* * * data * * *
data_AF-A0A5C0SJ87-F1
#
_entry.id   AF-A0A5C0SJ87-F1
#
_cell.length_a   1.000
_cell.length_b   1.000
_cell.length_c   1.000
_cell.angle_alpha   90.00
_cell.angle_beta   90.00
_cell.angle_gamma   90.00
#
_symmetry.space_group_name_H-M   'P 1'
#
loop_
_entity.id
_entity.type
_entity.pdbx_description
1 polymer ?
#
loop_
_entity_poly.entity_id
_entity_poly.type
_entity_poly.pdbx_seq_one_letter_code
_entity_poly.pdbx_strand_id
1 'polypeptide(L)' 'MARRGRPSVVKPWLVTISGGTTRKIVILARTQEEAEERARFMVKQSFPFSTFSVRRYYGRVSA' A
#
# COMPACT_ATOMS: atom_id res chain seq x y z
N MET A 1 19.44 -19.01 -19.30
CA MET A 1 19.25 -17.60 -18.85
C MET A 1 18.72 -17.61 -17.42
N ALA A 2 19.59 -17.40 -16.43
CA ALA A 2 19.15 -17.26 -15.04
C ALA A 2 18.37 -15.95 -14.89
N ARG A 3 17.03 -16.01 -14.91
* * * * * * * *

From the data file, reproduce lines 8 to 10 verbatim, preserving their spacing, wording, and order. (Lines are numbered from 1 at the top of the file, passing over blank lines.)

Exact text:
_cell.angle_alpha   90.00
_cell.angle_beta   90.00
_cell.angle_gamma   90.00